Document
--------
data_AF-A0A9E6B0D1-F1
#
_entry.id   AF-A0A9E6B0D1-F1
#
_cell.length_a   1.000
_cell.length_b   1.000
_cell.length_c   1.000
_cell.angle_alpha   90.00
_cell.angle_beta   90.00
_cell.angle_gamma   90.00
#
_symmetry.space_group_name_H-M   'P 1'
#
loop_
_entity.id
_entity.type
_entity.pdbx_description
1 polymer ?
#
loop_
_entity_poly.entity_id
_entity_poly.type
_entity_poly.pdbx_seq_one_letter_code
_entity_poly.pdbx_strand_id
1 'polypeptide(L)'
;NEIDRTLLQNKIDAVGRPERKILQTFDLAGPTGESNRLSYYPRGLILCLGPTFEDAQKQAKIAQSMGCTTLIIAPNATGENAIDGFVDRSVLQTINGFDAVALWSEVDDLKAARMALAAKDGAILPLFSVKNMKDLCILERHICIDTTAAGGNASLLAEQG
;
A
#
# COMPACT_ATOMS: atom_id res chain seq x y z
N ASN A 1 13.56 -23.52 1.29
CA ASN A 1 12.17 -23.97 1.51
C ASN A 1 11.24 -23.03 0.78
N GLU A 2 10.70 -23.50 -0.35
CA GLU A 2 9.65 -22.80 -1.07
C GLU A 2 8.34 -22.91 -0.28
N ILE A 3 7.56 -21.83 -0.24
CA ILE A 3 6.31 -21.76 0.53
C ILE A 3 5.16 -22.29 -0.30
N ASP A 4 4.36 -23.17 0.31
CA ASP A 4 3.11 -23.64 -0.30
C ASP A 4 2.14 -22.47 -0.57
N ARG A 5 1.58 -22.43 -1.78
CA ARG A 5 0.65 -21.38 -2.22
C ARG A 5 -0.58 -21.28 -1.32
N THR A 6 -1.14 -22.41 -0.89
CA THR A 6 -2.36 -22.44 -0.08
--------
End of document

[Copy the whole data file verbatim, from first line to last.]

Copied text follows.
data_AF-A0A9E6B0D1-F1
#
_entry.id   AF-A0A9E6B0D1-F1
#
_cell.length_a   1.000
_cell.length_b   1.000
_cell.length_c   1.000
_cell.angle_alpha   90.00
_cell.angle_beta   90.00
_cell.angle_gamma   90.00
#
_symmetry.space_group_name_H-M   'P 1'
#
loop_
_entity.id
_entity.type
_entity.pdbx_description
1 polymer ?
#
loop_
_entity_poly.entity_id
_entity_poly.type
_entity_poly.pdbx_seq_one_letter_code
_entity_poly.pdbx_strand_id
1 'polypeptide(L)'
;NEIDRTLLQNKIDAVGRPERKILQTFDLAGPTGESNRLSYYPRGLILCLGPTFEDAQKQAKIAQSMGCTTLIIAPNATGENAIDGFVDRSVLQTINGFDAVALWSEVDDLKAARMALAAKDGAILPLFSVKNMKDLCILERHICIDTTAAGGNASLLAEQG
;
A
#
# COMPACT_ATOMS: atom_id res chain seq x y z
N ASN A 1 13.56 -23.52 1.29
CA ASN A 1 12.17 -23.97 1.51
C ASN A 1 11.24 -23.03 0.78
N GLU A 2 10.70 -23.50 -0.35
CA GLU A 2 9.65 -22.80 -1.07
C GLU A 2 8.34 -22.91 -0.28
N ILE A 3 7.56 -21.83 -0.24
CA ILE A 3 6.31 -21.76 0.53
C ILE A 3 5.16 -22.29 -0.30
N ASP A 4 4.36 -23.17 0.31
CA ASP A 4 3.11 -23.64 -0.30
C ASP A 4 2.14 -22.47 -0.57
N ARG A 5 1.58 -22.43 -1.78
CA ARG A 5 0.65 -21.38 -2.22
C ARG A 5 -0.58 -21.28 -1.32
N THR A 6 -1.14 -22.41 -0.89
CA THR A 6 -2.36 -22.44 -0.08